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September 25, 2017updated 29 Sep 2017 3:30pm

Bibby Leasing: Going direct for growth with Carol Roberts

By Saad Ahmed

After months of reshuffles, deals and appointments, Leasing Life caught up with Carol Roberts, managing director of Bibby Leasing to talk SMEs, strategy, and plans for the future. Saad Ahmed reports

Bibby Financial Services (BFS) has had an active few months. The SME funder announced a raft of appointments in 2017, including Ted Winterton as chief executive officer for the UK, as well as a wider reshuffle.

The teams in the North and Scotland have been bolstered, and also saw the addition of corporate managers Sean Flannery and Ronnie Stokes. The series of moves and new recruits included the return of Wayne Spratt, now as business development manager, and the departure of Steve Box, former international chief executive officer.

Bibby’s different funding entities have also begun to work more closely together. In the funding Bibby has undertaken this year, a mixture of solutions, such as invoice finance, asset-based lending, and asset finance have often been used together in the same deal. Carol Roberts, managing director of Bibby Leasing, its asset finance arm, tells Leasing Life that this is part of a wider strategy to better integrate the business.

“Particularly in the last 12 months, there has been a big push on the BFS cross-selling initiative within the group, hence why there has been a lot more activity within leasing, and our corporate and other teams,” she says.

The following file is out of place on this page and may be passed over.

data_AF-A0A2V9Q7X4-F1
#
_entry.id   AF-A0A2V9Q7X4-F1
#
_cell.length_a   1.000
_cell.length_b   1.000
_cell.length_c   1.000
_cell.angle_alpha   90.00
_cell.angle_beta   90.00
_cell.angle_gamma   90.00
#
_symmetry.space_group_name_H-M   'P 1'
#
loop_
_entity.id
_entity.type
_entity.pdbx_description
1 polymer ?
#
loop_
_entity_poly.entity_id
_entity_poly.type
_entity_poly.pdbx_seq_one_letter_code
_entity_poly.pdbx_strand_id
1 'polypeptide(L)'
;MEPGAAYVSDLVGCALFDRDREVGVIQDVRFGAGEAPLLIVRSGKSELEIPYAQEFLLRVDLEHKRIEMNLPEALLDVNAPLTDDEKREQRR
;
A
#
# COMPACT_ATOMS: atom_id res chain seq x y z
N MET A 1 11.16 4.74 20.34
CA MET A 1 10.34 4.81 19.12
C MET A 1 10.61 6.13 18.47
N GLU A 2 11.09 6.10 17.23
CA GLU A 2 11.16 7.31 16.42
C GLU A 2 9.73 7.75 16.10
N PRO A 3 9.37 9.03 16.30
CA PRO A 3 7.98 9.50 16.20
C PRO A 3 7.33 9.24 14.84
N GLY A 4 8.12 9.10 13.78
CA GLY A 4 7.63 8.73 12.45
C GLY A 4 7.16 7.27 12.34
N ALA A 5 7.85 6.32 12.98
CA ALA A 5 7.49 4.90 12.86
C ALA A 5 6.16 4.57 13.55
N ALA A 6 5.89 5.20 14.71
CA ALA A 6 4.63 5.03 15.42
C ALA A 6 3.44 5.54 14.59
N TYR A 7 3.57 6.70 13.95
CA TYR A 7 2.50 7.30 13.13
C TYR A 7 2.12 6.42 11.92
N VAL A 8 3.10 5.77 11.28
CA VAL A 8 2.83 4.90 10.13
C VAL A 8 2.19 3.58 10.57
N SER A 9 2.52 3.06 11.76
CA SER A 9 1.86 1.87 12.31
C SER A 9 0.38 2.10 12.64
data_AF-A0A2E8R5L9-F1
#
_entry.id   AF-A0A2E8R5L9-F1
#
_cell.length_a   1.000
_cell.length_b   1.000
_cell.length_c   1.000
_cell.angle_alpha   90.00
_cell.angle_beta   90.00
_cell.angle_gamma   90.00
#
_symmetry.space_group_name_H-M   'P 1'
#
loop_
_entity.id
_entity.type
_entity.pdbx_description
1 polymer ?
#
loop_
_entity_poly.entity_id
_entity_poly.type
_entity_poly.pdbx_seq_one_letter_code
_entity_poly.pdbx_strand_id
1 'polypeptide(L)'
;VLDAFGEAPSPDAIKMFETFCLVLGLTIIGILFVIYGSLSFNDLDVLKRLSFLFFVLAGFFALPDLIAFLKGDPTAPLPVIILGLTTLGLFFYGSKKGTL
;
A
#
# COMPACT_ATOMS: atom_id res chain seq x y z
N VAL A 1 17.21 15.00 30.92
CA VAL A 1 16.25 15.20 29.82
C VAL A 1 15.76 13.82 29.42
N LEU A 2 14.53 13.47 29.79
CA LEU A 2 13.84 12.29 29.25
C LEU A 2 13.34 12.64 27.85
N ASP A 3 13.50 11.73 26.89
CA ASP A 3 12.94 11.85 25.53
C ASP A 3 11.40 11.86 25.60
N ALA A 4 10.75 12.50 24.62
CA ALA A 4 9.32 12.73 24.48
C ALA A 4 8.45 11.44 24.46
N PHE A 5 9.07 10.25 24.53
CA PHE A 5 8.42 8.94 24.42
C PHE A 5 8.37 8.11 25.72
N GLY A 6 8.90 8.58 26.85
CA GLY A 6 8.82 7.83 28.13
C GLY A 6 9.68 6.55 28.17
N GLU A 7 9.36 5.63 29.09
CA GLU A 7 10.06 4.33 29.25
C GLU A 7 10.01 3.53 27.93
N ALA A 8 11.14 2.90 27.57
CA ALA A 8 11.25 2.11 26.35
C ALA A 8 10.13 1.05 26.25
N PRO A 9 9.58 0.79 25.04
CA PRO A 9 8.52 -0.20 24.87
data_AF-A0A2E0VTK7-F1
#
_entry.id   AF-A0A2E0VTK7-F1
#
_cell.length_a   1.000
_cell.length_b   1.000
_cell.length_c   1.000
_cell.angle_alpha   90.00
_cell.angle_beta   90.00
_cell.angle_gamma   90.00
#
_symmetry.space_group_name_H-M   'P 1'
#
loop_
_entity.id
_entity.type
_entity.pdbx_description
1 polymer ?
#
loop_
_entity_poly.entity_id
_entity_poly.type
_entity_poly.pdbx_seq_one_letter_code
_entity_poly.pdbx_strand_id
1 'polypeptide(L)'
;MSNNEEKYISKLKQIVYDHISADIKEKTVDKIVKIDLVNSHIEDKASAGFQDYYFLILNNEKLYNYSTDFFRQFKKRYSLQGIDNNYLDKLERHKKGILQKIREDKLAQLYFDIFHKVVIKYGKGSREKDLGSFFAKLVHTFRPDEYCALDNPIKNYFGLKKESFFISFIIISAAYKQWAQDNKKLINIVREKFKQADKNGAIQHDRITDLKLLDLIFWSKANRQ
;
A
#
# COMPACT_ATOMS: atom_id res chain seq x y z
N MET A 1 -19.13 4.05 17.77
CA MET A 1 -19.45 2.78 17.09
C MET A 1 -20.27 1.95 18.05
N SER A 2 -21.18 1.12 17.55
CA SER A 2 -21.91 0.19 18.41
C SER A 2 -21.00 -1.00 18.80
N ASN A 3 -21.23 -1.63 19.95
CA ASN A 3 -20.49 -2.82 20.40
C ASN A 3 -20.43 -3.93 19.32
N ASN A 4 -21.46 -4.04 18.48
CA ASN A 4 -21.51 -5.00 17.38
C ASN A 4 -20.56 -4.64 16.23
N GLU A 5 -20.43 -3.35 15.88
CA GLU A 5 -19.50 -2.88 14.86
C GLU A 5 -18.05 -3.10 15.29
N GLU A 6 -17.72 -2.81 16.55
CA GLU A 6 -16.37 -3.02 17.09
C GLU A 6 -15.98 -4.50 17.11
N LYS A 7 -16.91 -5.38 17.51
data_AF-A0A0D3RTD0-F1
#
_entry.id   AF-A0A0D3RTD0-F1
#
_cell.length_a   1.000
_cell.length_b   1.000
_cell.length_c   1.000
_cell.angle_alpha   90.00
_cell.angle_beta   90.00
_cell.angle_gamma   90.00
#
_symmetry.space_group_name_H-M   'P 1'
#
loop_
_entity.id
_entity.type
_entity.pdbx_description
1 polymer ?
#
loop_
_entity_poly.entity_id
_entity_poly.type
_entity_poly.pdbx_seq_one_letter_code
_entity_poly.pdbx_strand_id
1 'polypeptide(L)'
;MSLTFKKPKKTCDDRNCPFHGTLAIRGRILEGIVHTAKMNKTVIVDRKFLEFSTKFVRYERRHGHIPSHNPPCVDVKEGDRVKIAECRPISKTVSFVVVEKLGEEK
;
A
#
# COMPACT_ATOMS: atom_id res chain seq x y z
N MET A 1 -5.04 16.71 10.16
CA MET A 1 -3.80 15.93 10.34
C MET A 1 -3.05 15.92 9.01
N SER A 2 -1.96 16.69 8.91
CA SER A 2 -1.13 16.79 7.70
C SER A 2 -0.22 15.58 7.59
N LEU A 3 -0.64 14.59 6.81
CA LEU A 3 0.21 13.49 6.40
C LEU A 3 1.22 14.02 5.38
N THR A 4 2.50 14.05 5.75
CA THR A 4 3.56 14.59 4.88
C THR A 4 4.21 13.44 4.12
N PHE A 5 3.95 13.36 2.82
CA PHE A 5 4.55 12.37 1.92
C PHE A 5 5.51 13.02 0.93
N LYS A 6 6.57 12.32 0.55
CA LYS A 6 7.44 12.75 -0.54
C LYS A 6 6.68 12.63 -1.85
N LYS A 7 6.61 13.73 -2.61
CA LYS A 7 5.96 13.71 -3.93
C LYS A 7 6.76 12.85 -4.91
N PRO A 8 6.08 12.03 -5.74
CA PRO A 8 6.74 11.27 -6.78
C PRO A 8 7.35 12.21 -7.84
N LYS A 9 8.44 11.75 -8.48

Roberts suggests that this change in strategy has been driven in large part by David Postings, global chief executive of BFS, who has increased focus towards Bibby’s UK leasing operations. “David Postings, our [global] CEO, sees that leasing is a big part of the strategy moving forward, hence why my reporting line was moved directly into [him] earlier this year” she says.

Winterton, she adds, has also played a role in moving Bibby’s different business functions closer together.

“Ted Winterton has been appointed CEO for the UK, and there is a lot of collaboration between all the businesses in trying to drive the business strategy forward,” she says. Winterton’s aim, she tells Leasing Life, is to better integrate Bibby’s different arms in funding deals.

One such deal was an arrangement with a Birmingham-based packing supplier. Bibby granted the business £8m in finance, £6m through invoice discounting, and the remainder through lease finance.

three-year plan

Bibby Leasing embarked on a fresh three-year plan back in 2015, which Roberts says is being delivered on. She explains that Bibby’s hires in the north did not reflect a particular regional strategy.

“It just happens to be that [Bibby] Leasing is based in the north. Leasing itself covers the whole of the country,” she says.

Bibby Leasing’s strategy is focused on three main areas. The first is its core competencies, according to Roberts, lending across a variety of areas and sectors.

“We have a sales aid, soft assets division. And of course we have our hard assets division which primarily deals with wheels, engineering, most assets where there is a value,” she says.

“We have not particularly gone for one sector, or left sectors out, as such; we are supporting all SMEs as and when we can.”